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Relearning to Love Comfrey

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This article comes from the NOFA/Massachusetts 2013 September Issue Newsletter

By Julie Rawson NOFA/Mass Education Director and Farmer at Many Hands Organic Farm

When we moved to our land in 1980, I immediately bought a few comfrey plants, as I had read in my “pre-returning to the
land” period – that wonderful time when I has plenty of time to read before actually being out there slogging every day – that comfrey was a miracle plant. And
then, for the better part of 30 years I just let it grow and multiply. Every once in awhile I would cut some and feed
it to the chickens, but there was, sometime in that span of years, a comfrey scare, that it was somehow bad for you.
The culprit, it seems, is the pyrrolizidine alkaloids that when ingested in extremely large doses over an extended
period of time can cause liver damage. While researching for this article I came upon one reference from Dr. James
Duke that suggested that the amount of these harmful
alkaloids in 1 bottle of beer is equal to about 100 cups of
comfrey tea. Perhaps that can put this all in perspective.
It was Harvery Ussery (www.themodernhomestead.us) at
the NOFA/Mass Advanced Growers Seminar 2 or 3 years
ago who reminded me that this plant’s amazing versatility
and value has served intelligent people of the land for
centuries. Comfrey is also known as bruisewort, knitback,
knitbone, boneset, slippery root, bruisewort, ass ear, and
blackwort. Comfrey contains ample quantities of Tannins,
Rosmarinic acid (Allantoin (which encourages the rapid
growth of cells), Steroidal saponins Mucilage, Inulin, Gum,
Carotene, Glycosides, Sugars, Beta-sitoserol, Triterpinoids,
Vitamins B 12, A, & C, silicon, calcium, potassium
phosphorous, iron, iodine, zinc and other traces.
 
Comfrey is claimed to contain 22-31% protein and to have
produced 140 tons of biomass per acre in the world record.
It is the greatest producer of vegetable protein and fastest
protein-builder on earth. Acre for acre it produces 20 times
more protein than soybeans. Since the 80s it has been
suppressed in the US, but it is grown throughout the rest of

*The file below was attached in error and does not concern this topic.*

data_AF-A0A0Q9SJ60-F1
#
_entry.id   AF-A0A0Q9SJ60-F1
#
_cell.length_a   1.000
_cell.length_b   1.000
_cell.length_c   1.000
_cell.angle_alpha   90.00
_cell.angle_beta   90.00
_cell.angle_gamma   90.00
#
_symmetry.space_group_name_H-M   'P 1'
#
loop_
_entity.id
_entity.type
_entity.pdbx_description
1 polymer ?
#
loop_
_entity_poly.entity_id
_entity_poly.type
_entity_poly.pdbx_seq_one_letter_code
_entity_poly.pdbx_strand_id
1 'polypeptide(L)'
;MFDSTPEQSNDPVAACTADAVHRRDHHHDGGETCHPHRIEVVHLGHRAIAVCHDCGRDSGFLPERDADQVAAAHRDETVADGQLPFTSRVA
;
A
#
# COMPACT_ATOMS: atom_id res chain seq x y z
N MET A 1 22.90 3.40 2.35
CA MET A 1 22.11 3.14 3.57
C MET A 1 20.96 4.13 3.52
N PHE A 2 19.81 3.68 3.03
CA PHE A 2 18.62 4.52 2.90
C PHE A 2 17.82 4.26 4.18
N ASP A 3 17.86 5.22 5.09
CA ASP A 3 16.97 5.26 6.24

the world for animal feed, from ruminants to single stomach
large animals, poultry, and earthworms.
 
It is the queen of multi-functional plants, and it spreads
by root division; it will spread very rapidly and is hard to
get rid of. Sheet mulch it out if necessary, or build a hot
compost pile on top of it. It is a beneficial insect attractor,
wound healer; enormous root system and dynamic mineral
accumulator; and delivers these minerals to its leaves,
which are then available for our use. It is a biomass
accumulator, and you can grow it for a mulch plant.
 
Chickens love comfrey. It feeds the soil more than anything
else, and it creates a lot of sloughing material into the soil
all the time. There will be lots of earthworms around it. It is
used to rebuild tissue, muscle, tendons and bones. Comfrey
proliferates cell division and cell growth. One resource
person uses comfrey in his salads in the early spring.
So enough background... As our comfrey started to escape
into our rhubarb, I started to get into the habit of yanking
a plant (as much as I could get) of comfrey each day to
feed to the baby meat birds and turkeys this summer. I
quickly was able to make a few interesting observations.
The baby birds flocked to it and ate it ravenously – chose
it over their bagged, organic feed, their daily dirt ration,
and the sprouted grains. So I brought more. And then their
infant health skyrocketed. To date (6 weeks later) we have
lost 2 of our 250 meat birds and 1 of our 100 turkeys – our
best record ever. They are fat and sassy and very active –
pictures of poultry health. They are now out on pasture,
and we are harvesting armfuls of comfrey every day and
delivering it to them – and also to the laying hens, who are
laying like gangbusters. And the comfrey is cranking along
– still trying to take over the rhubarb, and proliferating in
all the grassy edges of the farm. We also moved it under our
fruit trees after the Harvey event, and have a nice stand of it
all over in the orchard.
 
After doing today’s research I have determined to use
comfrey yet more on the farm, as mulch for starters, and
perhaps to start branching out and feeding it to the cows and
pigs. We are now drinking comfrey tea every day, and for
two years we have been making a nice comfrey salve that
we use liberally around here and also sell. As is often the
case, it seems that the best things in life are free!
 
Many Hands Comfrey Salve recipe
1 quart olive oil
2 cups dried comfrey leaf
4 oz beeswax- by weight
25 drops lavender oil
4 Vitamin E capsules
• Combine olive oil and comfrey leaf and heat
at a very low temperature (we put it on the far
right of the woodstove overnight)
• Strain the comfrey out of the oil. Combine the
infused olive oil and beeswax and heat slowly
until beeswax melts.
• Remove from heat; add lavender oil and
Vitamin E.
Some internet resources that helped me put together
this article:
• Rose Mountain Herbs
• Coe’s Comfrey
• Permies.com

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